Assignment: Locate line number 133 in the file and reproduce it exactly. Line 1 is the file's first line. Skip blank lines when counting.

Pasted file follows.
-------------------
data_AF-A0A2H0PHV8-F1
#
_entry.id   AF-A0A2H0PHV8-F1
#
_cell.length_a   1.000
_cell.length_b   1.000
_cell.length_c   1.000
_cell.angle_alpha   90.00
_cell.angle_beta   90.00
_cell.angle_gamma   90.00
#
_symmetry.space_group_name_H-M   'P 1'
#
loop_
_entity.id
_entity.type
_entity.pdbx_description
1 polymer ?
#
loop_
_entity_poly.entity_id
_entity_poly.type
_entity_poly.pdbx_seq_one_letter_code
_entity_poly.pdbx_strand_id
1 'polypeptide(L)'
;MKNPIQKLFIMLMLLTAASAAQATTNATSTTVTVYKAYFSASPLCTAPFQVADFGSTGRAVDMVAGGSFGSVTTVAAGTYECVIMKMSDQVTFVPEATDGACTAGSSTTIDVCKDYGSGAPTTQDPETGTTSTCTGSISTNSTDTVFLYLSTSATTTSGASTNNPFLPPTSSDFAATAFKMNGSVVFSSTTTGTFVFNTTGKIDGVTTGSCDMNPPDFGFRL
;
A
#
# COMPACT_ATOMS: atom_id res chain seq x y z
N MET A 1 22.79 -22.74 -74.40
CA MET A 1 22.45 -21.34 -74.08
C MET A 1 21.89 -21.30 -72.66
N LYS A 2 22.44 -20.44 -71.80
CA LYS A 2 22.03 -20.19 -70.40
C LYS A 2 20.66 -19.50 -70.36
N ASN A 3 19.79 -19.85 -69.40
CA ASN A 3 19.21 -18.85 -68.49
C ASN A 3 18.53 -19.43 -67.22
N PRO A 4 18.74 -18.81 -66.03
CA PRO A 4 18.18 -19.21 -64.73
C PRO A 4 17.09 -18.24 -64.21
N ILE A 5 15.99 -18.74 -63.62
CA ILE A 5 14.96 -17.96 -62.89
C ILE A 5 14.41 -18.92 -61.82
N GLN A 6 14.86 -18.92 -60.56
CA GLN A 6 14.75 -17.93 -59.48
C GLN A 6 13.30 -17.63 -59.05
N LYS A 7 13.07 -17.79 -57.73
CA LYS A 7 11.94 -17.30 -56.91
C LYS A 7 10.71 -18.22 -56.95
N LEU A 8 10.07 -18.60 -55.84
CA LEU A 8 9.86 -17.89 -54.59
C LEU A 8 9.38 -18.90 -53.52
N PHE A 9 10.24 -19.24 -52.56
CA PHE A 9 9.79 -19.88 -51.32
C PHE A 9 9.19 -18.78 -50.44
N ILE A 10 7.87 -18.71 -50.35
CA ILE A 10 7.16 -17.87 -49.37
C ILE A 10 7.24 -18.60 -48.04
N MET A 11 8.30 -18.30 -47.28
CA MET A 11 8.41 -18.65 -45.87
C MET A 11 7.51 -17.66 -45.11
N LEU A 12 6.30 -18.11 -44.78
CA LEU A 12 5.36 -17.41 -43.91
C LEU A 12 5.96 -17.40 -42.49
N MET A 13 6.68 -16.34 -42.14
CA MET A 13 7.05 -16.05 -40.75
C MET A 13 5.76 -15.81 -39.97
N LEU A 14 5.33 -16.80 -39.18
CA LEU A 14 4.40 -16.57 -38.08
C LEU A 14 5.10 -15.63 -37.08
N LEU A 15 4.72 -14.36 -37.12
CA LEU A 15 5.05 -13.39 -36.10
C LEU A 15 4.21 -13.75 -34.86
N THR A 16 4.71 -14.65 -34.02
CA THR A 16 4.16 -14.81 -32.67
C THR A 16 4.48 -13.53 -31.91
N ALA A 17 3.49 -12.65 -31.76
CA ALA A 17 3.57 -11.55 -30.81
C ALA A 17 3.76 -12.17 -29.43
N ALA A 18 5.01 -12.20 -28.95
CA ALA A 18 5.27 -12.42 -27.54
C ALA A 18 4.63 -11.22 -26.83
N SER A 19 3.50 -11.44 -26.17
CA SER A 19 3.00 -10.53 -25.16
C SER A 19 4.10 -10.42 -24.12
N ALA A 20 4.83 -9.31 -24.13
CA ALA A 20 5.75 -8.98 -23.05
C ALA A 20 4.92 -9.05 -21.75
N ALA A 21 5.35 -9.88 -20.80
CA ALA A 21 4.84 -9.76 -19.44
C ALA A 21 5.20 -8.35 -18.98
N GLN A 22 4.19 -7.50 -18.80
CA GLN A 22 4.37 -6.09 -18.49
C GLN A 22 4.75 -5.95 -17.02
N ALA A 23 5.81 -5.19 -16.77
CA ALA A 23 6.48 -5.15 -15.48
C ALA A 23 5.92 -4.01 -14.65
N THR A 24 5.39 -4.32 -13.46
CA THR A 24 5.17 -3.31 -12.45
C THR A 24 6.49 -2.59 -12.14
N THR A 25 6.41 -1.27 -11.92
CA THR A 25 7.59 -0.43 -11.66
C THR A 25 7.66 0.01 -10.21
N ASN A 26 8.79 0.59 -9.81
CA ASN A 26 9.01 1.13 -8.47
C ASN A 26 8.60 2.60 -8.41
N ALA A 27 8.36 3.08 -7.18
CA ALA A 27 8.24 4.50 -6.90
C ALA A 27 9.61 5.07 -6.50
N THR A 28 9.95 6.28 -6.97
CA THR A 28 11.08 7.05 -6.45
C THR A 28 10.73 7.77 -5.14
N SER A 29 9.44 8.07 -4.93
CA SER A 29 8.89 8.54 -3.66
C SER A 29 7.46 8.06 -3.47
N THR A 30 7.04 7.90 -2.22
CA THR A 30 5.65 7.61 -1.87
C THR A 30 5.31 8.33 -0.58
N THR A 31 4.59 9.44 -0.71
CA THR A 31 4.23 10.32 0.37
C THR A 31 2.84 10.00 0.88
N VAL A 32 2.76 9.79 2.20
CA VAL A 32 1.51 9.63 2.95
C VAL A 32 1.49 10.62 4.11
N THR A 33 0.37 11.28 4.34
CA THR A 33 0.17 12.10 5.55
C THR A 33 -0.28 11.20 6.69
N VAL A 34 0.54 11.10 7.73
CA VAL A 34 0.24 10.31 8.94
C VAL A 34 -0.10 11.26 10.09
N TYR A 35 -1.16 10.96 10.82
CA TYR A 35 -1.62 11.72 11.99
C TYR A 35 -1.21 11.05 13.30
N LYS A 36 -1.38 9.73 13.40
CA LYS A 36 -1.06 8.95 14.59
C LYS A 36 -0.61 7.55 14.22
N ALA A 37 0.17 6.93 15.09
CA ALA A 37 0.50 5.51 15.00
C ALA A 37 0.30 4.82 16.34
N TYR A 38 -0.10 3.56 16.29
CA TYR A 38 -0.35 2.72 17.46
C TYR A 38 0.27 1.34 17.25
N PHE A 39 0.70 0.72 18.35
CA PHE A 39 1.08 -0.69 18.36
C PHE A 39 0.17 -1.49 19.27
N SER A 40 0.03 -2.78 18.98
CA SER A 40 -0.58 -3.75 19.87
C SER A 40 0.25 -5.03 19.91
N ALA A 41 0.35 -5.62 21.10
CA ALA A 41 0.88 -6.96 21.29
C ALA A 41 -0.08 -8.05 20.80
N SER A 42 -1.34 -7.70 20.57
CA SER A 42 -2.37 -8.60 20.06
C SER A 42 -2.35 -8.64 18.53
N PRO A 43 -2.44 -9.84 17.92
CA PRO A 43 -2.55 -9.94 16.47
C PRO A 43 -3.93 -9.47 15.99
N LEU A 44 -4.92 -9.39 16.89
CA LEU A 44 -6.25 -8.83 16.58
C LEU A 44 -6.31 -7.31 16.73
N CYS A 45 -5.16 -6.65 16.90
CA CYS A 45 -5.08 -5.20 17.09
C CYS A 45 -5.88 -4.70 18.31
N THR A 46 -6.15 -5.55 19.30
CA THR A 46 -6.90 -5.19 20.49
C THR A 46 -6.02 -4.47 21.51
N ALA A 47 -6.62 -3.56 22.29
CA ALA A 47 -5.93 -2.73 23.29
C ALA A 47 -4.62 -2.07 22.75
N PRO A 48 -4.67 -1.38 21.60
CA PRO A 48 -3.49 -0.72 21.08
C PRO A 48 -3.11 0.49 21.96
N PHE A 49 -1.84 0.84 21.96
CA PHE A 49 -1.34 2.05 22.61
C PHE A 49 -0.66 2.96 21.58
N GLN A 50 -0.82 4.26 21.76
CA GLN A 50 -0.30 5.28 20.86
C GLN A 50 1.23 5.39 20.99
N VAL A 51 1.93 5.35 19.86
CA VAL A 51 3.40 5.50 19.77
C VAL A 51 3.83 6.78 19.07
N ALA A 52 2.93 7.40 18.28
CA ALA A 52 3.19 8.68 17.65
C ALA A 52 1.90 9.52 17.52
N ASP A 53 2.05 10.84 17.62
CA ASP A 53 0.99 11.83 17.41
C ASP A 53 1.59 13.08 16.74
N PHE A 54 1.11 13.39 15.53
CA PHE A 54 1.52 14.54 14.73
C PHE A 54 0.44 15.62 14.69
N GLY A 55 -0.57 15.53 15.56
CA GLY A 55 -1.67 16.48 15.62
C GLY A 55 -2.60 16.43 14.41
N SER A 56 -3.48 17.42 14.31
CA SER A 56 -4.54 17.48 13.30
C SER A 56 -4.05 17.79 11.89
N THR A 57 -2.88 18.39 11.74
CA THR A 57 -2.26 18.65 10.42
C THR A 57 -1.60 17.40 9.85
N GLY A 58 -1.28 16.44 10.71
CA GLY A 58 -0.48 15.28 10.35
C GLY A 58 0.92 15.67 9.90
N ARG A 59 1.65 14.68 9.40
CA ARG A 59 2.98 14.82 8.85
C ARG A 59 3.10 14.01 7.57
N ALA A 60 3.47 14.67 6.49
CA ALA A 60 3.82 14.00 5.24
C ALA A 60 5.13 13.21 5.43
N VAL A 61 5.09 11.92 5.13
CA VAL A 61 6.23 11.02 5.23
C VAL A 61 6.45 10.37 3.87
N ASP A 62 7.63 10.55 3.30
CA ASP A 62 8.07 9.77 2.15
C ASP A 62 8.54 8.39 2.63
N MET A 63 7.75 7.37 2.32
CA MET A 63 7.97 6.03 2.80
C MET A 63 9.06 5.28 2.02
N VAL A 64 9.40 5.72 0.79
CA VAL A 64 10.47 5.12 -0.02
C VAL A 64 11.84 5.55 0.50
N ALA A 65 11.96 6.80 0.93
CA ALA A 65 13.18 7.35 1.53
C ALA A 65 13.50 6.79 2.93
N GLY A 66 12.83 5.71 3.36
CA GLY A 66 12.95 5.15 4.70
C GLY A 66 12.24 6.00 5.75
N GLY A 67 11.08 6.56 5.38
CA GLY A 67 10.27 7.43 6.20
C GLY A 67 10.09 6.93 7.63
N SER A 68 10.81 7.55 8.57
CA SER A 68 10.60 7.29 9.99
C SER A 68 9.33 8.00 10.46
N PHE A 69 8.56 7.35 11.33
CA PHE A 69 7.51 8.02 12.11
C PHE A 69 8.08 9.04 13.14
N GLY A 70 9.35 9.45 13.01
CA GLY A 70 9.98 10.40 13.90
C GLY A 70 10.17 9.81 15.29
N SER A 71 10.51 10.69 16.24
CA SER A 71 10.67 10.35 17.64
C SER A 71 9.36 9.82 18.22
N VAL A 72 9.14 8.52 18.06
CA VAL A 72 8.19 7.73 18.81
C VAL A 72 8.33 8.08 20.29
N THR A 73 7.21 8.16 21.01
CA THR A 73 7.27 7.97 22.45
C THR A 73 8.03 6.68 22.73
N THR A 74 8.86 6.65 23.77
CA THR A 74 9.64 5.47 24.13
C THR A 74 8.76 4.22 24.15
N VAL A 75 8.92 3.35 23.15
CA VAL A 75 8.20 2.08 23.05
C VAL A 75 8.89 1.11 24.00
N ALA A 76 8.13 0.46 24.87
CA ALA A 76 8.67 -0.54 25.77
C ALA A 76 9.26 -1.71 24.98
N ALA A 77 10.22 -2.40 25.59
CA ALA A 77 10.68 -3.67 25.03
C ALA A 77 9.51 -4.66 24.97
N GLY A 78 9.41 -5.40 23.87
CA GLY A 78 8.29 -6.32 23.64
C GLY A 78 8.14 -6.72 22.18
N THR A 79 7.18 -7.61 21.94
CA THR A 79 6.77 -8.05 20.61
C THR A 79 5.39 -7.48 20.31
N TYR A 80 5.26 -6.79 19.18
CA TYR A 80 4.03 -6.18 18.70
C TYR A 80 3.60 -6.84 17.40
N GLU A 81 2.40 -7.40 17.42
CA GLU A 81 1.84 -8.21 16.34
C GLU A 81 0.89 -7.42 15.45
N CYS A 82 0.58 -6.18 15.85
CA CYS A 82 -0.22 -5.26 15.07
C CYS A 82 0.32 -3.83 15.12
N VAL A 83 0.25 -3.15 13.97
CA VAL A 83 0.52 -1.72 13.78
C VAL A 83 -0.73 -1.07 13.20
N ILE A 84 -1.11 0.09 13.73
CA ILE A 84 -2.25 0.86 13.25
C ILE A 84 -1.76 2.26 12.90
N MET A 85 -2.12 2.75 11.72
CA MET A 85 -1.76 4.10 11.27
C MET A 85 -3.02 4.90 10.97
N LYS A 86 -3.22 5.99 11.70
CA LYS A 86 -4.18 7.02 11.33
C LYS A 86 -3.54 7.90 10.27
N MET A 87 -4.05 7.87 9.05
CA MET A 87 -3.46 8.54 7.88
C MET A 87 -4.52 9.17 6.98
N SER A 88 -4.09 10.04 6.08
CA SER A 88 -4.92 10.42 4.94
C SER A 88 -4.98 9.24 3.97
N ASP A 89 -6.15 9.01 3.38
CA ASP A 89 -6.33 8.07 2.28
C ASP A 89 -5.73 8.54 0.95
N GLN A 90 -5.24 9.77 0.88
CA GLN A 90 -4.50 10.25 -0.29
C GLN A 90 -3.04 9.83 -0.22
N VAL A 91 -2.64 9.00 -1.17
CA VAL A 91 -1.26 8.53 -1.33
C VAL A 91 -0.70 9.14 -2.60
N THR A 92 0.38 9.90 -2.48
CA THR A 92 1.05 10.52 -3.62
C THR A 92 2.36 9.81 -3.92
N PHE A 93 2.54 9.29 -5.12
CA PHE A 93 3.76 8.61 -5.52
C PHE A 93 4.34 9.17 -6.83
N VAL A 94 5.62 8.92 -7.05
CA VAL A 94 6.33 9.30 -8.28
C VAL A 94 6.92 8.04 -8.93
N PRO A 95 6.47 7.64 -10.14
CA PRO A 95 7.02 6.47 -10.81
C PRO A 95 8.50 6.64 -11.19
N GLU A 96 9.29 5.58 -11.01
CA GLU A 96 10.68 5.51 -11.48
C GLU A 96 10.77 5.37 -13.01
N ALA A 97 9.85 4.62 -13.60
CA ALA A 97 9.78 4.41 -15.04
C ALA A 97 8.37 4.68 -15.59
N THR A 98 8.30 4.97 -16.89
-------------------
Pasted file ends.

N TYR A 35 -1.16 10.96 10.82